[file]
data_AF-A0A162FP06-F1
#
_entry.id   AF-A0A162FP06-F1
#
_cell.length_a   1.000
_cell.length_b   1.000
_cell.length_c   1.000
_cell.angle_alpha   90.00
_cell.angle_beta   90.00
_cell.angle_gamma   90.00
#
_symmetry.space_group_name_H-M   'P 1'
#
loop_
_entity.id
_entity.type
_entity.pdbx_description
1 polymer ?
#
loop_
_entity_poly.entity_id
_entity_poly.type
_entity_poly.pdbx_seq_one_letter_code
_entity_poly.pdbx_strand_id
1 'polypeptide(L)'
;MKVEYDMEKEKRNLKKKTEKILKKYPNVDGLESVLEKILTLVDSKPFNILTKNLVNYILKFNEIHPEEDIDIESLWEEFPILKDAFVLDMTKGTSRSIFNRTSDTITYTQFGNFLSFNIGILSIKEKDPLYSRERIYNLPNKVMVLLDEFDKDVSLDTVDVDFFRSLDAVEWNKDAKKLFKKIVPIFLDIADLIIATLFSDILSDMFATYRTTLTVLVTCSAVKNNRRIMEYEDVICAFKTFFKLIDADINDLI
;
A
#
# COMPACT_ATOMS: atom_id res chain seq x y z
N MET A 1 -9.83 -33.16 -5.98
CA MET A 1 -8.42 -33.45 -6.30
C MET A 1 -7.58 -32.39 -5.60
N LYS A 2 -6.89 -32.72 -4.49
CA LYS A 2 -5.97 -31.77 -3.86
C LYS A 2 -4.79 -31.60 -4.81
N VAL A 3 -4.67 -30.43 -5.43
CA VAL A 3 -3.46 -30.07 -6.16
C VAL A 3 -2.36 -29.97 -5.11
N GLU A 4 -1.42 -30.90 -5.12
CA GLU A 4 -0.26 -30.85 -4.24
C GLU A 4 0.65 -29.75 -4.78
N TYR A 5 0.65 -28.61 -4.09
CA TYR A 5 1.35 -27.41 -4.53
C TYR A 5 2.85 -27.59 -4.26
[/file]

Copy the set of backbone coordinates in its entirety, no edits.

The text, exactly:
data_AF-A0A162FP06-F1
#
_entry.id   AF-A0A162FP06-F1
#
_cell.length_a   1.000
_cell.length_b   1.000
_cell.length_c   1.000
_cell.angle_alpha   90.00
_cell.angle_beta   90.00
_cell.angle_gamma   90.00
#
_symmetry.space_group_name_H-M   'P 1'
#
loop_
_entity.id
_entity.type
_entity.pdbx_description
1 polymer ?
#
loop_
_entity_poly.entity_id
_entity_poly.type
_entity_poly.pdbx_seq_one_letter_code
_entity_poly.pdbx_strand_id
1 'polypeptide(L)'
;MKVEYDMEKEKRNLKKKTEKILKKYPNVDGLESVLEKILTLVDSKPFNILTKNLVNYILKFNEIHPEEDIDIESLWEEFPILKDAFVLDMTKGTSRSIFNRTSDTITYTQFGNFLSFNIGILSIKEKDPLYSRERIYNLPNKVMVLLDEFDKDVSLDTVDVDFFRSLDAVEWNKDAKKLFKKIVPIFLDIADLIIATLFSDILSDMFATYRTTLTVLVTCSAVKNNRRIMEYEDVICAFKTFFKLIDADINDLI
;
A
#
# COMPACT_ATOMS: atom_id res chain seq x y z
N MET A 1 -9.83 -33.16 -5.98
CA MET A 1 -8.42 -33.45 -6.30
C MET A 1 -7.58 -32.39 -5.60
N LYS A 2 -6.89 -32.72 -4.49
CA LYS A 2 -5.97 -31.77 -3.86
C LYS A 2 -4.79 -31.60 -4.81
N VAL A 3 -4.67 -30.43 -5.43
CA VAL A 3 -3.46 -30.07 -6.16
C VAL A 3 -2.36 -29.97 -5.11
N GLU A 4 -1.42 -30.90 -5.12
CA GLU A 4 -0.26 -30.85 -4.24
C GLU A 4 0.65 -29.75 -4.78
N TYR A 5 0.65 -28.61 -4.09
CA TYR A 5 1.35 -27.41 -4.53
C TYR A 5 2.85 -27.59 -4.26